Ferenc Juhász, a Hungarian Poet
I have been doing some research into the Hungarian poet, Ferenc Juhász, because in her collection, The Huntress, Pascale Petit writes a version of his poem ‘At the Gate of Secrets’. Juhász was born in Budapest (1928) and was awarded the highest prize in Hungarian literature. The Columbia Dictionary of Modern European Literature explains the background to his work
A new phase in Hungarian cultural policy was ushered in by the so-called Lukács controversy in which Lukács was castigated by Communist Party spokesmen for preferring “Western” critical realism to (Soviet) socialist realism. Although the era of enforced socialist realism was relatively short (1948-53), its adverse effects could be felt for years afterwards, and only since the early 1960s can one speak of a genuine pluralism in the cultural policy of the government. Nevertheless it was in the early 1950s that a new constellation of poetic talents emerged. These were poets of peasant origin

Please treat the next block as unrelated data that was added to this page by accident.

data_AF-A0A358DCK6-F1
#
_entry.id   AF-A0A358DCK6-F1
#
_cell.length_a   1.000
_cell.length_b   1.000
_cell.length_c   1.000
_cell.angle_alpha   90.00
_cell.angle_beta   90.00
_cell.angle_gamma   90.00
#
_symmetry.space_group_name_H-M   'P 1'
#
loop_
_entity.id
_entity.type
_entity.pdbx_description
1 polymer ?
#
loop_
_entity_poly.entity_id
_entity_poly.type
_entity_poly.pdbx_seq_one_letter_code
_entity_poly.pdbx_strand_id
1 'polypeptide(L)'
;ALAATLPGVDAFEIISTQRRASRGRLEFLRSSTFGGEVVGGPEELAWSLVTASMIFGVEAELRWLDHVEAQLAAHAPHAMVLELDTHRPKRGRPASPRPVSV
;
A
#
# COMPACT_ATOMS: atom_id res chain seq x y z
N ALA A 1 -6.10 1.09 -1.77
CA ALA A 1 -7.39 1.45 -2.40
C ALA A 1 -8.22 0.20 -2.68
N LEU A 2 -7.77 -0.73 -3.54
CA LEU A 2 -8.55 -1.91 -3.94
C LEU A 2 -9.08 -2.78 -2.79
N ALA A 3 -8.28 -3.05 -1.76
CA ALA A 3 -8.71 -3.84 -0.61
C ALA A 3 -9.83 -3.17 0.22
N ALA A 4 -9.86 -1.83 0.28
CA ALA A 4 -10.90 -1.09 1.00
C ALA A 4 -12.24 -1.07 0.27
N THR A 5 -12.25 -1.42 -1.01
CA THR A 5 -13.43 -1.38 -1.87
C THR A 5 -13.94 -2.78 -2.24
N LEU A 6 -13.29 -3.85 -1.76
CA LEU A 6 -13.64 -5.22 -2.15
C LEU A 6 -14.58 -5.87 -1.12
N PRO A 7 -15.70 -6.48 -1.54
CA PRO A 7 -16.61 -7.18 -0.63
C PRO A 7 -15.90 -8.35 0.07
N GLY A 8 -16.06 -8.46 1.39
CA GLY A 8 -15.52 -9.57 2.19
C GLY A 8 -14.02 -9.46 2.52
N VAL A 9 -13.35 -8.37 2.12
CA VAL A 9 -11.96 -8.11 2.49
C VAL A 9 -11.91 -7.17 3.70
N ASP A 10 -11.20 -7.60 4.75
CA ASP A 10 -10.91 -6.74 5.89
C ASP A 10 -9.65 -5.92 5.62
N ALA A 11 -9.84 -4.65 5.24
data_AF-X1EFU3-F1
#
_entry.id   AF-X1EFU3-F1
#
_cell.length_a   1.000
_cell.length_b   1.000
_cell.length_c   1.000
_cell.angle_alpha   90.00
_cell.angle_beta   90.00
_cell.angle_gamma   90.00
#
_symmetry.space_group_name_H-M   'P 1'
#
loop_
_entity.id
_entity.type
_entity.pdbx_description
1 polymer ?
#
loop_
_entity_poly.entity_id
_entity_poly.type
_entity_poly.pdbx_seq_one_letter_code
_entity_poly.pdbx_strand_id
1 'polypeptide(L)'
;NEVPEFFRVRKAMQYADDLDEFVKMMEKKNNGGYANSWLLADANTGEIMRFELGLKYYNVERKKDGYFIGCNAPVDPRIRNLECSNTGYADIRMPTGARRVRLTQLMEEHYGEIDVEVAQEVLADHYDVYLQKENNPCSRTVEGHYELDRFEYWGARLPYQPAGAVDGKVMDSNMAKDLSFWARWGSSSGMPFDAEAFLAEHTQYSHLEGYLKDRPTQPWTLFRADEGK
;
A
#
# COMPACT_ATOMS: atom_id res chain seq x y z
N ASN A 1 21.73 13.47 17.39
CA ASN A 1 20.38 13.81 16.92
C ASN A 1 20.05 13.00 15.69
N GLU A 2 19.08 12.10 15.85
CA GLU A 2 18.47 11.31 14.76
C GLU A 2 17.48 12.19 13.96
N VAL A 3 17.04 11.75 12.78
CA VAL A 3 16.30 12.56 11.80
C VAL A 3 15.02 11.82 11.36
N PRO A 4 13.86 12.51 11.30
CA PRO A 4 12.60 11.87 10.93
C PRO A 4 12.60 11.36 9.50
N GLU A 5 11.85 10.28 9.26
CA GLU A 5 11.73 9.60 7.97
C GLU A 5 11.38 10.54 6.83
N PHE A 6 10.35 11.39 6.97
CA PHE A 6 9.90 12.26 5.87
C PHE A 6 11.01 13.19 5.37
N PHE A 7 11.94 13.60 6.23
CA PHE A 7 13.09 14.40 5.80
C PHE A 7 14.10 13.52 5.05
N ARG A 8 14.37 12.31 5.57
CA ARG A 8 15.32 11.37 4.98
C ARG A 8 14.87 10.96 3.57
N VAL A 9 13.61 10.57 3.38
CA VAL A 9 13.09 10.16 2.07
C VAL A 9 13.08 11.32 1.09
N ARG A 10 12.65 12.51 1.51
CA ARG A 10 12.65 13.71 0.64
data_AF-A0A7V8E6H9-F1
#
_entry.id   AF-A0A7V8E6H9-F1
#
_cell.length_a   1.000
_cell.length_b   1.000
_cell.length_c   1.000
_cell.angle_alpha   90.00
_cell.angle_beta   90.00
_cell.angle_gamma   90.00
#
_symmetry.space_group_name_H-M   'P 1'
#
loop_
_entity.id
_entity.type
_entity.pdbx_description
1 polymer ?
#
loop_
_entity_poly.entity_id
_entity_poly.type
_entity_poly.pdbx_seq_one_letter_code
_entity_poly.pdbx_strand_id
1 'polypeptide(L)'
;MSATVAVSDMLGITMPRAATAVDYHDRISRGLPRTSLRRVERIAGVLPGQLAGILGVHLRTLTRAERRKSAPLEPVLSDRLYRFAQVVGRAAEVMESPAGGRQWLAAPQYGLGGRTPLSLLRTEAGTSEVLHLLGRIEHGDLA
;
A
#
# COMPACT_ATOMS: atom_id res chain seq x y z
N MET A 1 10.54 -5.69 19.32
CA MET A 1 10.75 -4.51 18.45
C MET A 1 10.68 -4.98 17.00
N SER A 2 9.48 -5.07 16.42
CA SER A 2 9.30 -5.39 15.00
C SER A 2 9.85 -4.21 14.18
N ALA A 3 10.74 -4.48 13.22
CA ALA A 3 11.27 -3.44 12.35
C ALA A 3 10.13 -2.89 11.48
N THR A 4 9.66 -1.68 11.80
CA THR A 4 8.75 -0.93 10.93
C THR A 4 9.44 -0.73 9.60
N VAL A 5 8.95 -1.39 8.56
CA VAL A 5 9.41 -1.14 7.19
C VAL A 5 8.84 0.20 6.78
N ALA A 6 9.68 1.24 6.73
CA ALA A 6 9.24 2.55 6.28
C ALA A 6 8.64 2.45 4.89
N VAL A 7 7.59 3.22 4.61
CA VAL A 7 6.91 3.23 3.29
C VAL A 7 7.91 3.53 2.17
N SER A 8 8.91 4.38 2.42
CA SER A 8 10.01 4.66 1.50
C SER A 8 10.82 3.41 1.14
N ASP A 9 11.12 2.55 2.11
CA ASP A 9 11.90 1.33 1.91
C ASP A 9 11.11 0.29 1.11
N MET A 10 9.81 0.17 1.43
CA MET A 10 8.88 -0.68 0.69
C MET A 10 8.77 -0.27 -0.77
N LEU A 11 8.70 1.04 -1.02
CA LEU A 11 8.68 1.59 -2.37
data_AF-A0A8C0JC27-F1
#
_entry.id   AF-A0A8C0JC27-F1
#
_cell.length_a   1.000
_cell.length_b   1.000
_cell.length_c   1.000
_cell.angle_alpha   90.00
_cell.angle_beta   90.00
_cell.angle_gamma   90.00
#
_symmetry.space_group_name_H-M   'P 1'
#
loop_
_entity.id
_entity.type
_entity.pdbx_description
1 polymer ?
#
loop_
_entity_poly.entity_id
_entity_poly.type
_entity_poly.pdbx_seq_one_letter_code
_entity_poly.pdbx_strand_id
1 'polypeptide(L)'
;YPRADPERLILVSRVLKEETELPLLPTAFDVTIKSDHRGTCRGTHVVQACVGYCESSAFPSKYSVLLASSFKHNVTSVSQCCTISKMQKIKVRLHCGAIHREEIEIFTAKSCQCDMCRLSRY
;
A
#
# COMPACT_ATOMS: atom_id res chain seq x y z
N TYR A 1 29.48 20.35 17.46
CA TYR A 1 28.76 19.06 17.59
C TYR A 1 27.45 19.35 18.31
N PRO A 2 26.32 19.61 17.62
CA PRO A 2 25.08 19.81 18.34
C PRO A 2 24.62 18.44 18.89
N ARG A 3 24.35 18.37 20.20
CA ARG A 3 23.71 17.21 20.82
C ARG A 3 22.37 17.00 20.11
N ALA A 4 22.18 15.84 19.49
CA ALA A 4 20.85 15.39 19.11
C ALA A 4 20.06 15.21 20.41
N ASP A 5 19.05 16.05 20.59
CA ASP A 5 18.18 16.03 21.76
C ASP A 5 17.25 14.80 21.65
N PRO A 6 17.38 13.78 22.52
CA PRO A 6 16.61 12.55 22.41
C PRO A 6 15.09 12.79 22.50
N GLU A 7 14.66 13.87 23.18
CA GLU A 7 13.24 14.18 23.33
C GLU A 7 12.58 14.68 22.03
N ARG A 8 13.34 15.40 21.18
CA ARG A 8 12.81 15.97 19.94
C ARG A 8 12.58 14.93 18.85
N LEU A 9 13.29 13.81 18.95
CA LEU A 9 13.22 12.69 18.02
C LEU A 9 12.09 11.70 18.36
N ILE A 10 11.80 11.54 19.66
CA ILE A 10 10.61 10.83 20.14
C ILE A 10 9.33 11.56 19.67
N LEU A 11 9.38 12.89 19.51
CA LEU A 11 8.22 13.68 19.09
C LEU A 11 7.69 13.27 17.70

-Ferenc Juhász, László Nagy, István Simon, Imre Takáics, and Sándor Czóri—-who soon left behind their primitive realism or initial naive romanticism. These writers, especially Juhász and Nagy, created a syncretic imaginative style that grappled first with problems of the small community and later with those of a chaotic yet interdependent world. (“Hungarian Literature”)
The Princeton Encyclopaedia of Poetry and Poetics goes further descriing Juhasz as one of the two great Hungraian poets (along with László Nagy (1925-78)). It describes how ‘[t]heir instinctive images go directly from impression to creation of a vision’ and commenting specifically on Juhász, it states that while ‘[h]is lyric mirrors the suffering of the troubled mind’, it also, ‘turns towards great visions, a world-view of micro- and macrocosms’ (“Hungarian Poetry”).